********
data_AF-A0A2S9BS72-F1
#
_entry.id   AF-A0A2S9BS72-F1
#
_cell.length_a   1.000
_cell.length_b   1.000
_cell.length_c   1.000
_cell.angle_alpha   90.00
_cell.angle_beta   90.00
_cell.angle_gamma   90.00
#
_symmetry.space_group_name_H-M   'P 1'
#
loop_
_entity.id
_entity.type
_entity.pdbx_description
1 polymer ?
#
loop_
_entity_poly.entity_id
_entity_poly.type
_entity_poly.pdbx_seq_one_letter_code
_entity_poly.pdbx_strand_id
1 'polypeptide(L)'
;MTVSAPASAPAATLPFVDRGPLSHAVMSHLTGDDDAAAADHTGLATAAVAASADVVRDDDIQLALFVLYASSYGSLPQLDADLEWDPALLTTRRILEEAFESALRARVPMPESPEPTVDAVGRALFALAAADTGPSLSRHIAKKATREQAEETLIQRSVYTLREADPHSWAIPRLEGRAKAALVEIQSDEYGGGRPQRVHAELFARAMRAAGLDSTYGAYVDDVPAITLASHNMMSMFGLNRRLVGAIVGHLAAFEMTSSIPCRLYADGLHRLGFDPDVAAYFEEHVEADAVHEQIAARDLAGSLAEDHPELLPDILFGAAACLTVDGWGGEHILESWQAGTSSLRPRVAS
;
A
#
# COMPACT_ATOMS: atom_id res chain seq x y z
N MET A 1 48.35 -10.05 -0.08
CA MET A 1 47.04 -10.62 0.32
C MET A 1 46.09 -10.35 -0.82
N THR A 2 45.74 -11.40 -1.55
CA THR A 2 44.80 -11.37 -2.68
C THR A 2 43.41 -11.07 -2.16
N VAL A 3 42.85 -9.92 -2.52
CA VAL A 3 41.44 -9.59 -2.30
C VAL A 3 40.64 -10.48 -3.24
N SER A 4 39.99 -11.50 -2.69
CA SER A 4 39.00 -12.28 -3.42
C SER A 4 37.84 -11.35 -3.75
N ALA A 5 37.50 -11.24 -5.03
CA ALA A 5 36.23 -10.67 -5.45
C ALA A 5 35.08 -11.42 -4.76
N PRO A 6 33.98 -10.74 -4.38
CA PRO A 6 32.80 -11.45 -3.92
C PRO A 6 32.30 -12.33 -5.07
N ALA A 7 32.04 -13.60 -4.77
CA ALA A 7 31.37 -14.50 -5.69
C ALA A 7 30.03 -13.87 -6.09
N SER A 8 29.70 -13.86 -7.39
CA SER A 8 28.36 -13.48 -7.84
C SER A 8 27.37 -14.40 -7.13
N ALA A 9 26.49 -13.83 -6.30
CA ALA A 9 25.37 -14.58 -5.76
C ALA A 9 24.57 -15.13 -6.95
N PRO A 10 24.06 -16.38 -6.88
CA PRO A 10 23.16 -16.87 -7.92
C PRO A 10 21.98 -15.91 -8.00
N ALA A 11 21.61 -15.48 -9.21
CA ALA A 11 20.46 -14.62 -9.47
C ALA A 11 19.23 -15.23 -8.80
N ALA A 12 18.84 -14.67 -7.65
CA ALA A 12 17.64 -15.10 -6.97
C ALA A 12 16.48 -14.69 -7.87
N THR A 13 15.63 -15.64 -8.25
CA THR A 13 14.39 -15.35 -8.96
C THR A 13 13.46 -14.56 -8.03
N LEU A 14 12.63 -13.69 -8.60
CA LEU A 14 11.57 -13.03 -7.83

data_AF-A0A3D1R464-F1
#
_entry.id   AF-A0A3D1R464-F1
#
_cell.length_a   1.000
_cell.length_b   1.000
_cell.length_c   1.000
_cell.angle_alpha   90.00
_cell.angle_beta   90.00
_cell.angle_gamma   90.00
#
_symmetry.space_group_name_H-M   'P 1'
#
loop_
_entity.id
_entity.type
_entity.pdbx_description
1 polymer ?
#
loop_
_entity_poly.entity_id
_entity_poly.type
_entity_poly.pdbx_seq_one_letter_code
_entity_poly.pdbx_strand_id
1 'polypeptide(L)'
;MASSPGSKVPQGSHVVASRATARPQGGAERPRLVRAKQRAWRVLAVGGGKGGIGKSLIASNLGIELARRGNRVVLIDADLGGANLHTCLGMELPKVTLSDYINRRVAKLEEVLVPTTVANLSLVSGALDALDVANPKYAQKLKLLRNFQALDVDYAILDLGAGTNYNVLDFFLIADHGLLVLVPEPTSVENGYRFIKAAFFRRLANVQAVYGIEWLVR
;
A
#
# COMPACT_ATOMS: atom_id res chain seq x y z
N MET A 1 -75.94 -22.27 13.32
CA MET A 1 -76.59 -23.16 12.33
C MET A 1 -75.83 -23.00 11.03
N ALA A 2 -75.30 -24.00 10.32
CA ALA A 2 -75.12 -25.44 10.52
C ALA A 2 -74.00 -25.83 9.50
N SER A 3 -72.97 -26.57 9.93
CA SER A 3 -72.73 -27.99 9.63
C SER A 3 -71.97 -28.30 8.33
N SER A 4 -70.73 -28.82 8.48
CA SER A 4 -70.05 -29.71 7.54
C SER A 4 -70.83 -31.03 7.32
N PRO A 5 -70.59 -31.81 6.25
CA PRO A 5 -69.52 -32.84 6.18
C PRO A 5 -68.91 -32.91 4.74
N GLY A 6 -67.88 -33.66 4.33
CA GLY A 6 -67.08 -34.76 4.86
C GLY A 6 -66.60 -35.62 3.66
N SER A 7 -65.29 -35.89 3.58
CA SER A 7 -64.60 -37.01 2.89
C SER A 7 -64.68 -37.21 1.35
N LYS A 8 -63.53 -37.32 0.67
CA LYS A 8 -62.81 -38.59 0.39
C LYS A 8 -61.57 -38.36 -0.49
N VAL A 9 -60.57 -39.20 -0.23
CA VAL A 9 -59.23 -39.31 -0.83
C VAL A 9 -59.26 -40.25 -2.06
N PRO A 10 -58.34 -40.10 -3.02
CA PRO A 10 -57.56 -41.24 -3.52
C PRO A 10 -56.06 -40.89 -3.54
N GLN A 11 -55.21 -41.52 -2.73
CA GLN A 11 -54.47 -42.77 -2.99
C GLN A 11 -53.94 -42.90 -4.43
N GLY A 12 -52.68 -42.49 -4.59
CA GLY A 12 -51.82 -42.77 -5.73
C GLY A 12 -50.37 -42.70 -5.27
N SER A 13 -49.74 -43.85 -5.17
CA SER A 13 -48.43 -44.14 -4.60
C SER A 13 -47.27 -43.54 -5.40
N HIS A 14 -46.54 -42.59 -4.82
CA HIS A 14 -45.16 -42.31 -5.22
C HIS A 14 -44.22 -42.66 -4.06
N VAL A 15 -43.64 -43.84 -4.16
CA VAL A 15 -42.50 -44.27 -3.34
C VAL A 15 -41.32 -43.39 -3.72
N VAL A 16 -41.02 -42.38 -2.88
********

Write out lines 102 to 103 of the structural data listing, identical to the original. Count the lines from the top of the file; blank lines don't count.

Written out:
N MET A 1 -75.94 -22.27 13.32
CA MET A 1 -76.59 -23.16 12.33